Pike no longer deemed to be the unacceptable foe

Arrival of the alien, red-eyed roach changed fish life in Ireland’s lakes and rivers

Pike: Illustration: Michael Viney.

Pike: Illustration: Michael Viney.

 

It’s 120 years since a few little silverfish from England were tipped into the Munster Blackwater river.

Discarded from a tin of live bait, Rutilus rutilus, the alien, red-eyed roach, would change fish life in Ireland’s lakes and rivers. As the now chief prey of the predatory pike, it could resolve at least some of a long dispute over its national management.

As the late Dick Warner, conservationist and angler, put it together, the tin of live fish was carried from England by a party of pike anglers in 1899. They used the mail boat and the new steam railway to reach Cappoquin in time to keep a wriggle in the roach impaled on their hooks. Fishing over, they tipped out the tin.

This live-bait technique has been slow to change and is still widely used in the UK. An Irish freshwater byelaw of 1977 made it illegal to use live fish as bait, well ahead of a similar regulation passed in Scotland in 2007.

The Scottish move arose largely from new concern with fish pain, but the Irish aim was to keep roach from invading even more lakes and rivers. Today, the roach that Irish anglers cast for pike are non-wriggling, blast-frozen and sold online in plastic packs.

Deliberate, illegal transfers of live Blackwater roach began half a century ago, often by coarse anglers wanting a broader choice of catch. The fish spread to three-quarters of the island’s waterways over the later 1900s, breeding prolifically and seriously competing with brown trout for food.

In the 1950s, however, the first concern of national fishery authorities was the pike’s appetite for trout in the west’s prime angling lakes. Some 36,000 pike a year were culled or relocated from lakes such Mask, Conn and Corrib. A greatly reduced operation has been continued since then by Inland Fisheries Ireland (IFI).

“With a sag belly and the grin it was born with,” wrote Ted Hughes (who once fished for pike), the fish could inspire great animosity and, according to the Irish Pike Society, “blind hatred, prejudice and discrimination” from the IFI.

The ill-feeling was not helped by official listing of the pike, Esox lucius, as an alien fish imported in the 16th century.

This was stoutly resisted by pike angling clubs and the Irish Pike Society, pointing to the occurrence of the much earlier Irish name of “liús”. Any trout declines, they suggested, would be more properly blamed on pollution and arterial drainage, or competition from roach.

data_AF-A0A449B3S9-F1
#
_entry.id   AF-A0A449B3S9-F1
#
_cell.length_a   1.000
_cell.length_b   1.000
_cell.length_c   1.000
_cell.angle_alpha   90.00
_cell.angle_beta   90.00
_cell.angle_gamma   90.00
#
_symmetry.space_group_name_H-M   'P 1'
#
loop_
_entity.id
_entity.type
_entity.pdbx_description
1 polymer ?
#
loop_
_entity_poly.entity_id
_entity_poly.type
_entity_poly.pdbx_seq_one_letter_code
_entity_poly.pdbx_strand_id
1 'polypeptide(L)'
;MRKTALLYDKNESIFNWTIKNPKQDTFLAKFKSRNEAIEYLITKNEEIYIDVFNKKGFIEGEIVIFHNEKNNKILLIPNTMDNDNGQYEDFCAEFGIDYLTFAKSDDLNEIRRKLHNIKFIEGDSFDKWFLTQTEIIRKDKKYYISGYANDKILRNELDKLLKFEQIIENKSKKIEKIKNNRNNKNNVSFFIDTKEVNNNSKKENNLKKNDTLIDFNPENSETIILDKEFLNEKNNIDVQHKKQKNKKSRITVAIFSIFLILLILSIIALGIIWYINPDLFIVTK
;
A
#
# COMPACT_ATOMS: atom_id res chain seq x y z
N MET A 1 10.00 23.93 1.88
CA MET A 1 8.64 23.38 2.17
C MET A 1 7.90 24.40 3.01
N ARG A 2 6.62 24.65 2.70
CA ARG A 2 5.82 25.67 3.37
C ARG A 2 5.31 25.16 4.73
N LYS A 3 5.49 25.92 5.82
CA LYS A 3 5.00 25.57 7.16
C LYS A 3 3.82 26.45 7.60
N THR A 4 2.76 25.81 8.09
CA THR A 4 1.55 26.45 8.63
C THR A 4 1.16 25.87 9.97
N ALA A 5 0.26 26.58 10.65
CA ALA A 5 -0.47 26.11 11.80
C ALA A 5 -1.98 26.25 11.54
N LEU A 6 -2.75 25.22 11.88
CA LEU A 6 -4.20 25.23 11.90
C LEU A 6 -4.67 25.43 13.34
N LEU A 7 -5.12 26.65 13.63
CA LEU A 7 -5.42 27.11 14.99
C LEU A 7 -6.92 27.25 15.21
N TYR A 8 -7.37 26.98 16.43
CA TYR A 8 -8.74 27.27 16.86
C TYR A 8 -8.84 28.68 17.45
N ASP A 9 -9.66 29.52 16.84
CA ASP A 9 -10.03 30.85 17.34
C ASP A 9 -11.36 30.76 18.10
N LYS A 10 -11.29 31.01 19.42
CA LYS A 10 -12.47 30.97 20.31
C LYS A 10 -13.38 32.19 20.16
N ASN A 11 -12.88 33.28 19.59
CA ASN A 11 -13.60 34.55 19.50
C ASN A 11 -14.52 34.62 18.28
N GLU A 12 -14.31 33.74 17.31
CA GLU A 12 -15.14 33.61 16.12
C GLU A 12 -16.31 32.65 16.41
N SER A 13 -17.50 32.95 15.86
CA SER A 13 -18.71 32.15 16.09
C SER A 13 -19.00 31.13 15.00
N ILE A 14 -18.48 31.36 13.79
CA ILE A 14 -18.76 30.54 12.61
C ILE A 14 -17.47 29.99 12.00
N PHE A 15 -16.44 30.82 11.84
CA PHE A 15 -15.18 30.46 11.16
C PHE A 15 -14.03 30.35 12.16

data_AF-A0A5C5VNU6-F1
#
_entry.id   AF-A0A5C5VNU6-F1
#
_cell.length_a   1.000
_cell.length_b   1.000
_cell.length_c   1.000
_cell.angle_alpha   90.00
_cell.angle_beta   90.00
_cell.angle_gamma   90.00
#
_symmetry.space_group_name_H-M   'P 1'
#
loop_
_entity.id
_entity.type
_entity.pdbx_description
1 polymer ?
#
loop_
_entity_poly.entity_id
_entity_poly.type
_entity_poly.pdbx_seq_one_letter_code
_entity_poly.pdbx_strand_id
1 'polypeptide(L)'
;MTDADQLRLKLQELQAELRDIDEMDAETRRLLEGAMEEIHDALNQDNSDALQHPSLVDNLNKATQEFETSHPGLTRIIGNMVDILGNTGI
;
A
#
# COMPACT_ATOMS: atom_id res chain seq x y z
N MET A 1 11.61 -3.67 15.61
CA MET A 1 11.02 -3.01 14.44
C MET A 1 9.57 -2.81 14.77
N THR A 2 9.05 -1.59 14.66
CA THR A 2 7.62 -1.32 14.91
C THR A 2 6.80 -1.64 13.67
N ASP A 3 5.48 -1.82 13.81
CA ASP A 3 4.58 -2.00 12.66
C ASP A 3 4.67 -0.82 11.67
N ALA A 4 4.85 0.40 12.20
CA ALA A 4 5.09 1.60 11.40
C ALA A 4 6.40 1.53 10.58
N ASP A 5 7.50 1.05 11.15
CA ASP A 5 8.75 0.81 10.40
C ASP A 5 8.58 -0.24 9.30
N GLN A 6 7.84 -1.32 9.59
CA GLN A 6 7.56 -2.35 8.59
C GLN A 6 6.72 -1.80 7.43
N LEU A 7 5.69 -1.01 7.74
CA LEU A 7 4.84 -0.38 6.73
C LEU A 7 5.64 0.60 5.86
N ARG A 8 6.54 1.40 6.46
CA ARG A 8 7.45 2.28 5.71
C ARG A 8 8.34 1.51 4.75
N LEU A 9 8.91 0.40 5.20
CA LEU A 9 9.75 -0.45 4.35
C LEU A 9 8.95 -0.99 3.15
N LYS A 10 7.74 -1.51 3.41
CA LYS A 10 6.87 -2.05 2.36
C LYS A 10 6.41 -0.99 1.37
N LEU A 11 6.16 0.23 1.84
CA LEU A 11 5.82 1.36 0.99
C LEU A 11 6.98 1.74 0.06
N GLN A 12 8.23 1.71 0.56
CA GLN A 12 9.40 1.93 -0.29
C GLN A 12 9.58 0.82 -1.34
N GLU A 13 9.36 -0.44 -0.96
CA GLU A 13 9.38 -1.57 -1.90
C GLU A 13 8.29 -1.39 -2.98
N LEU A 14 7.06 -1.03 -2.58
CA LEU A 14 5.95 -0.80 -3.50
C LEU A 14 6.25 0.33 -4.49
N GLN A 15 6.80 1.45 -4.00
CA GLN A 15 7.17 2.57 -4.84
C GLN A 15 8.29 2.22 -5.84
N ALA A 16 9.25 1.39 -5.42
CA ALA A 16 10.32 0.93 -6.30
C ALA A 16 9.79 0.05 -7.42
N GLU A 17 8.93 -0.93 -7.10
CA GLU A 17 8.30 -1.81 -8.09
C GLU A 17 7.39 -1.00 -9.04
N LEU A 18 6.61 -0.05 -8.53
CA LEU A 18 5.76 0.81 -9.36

Their case gained in persuasion as tourism earnings from pike angling rose towards a current estimate of €750 million a year. New research, funded chiefly by the IFI, has greatly changed the official profile of the fish and the probable future of its management.

Stomach contents

First, a genetic study from UCD proposed that the first wave of pike reached Ireland from Europe about 8,000 years ago on freshwater flows from melting ice, making it a native of post-glacial colonisation. In the Middle Ages, more were brought from Britain by people, mainly to our southern rivers.

Then, a “choice experiment survey” by the Economic and Social Research Institute, published last year, found that most (61 per cent) trout anglers “are negatively disposed towards pike stock control”. Their effective sample numbered a modest 197.

Finally, the IFI’s own research, published last month, analysed stomach contents sluiced humanely from almost 1,500 pike electrofished during 2016 from the large trout lakes of Conn and Derravaragh. These had been invaded by roach in the 1970s.

Comparison with earlier data found “a profound shift in the diet of pike in Irish lakes”, with roach the single most important prey.

The research developed statistical models “to predict the probability of co-existence between pike and trout” in a variety of lakes and conditions. These suggest that this can happen in relatively big lakes with many strong streams and plenty of alternative prey, but not in less complex waterways.

Separate research on Connemara’s Owenriff system, for example, where pike were introduced by anglers above a natural waterfall barrier, brought disastrous decline in both trout and salmon.

New fishery management by the IFI will, it seems, be more finely tailored to individual species and ecosystems. Pike are no longer the unacceptable foe, even if it took an invasive alien species to let them off the hook (so to speak).

This will delight pike anglers, only one per cent of whom actually keep their catch to eat – the pike’s many Y-shaped bones are fiddly, to say the least. It is less likely to persuade the 39 per cent of trout anglers in the ESRI survey who advocate pike control (of whom one-third were “more extreme in their preferences”).

Of them all, 12 per cent keep their trout to eat. I have found no joy in fishing, in lake or sea, for any other purpose.

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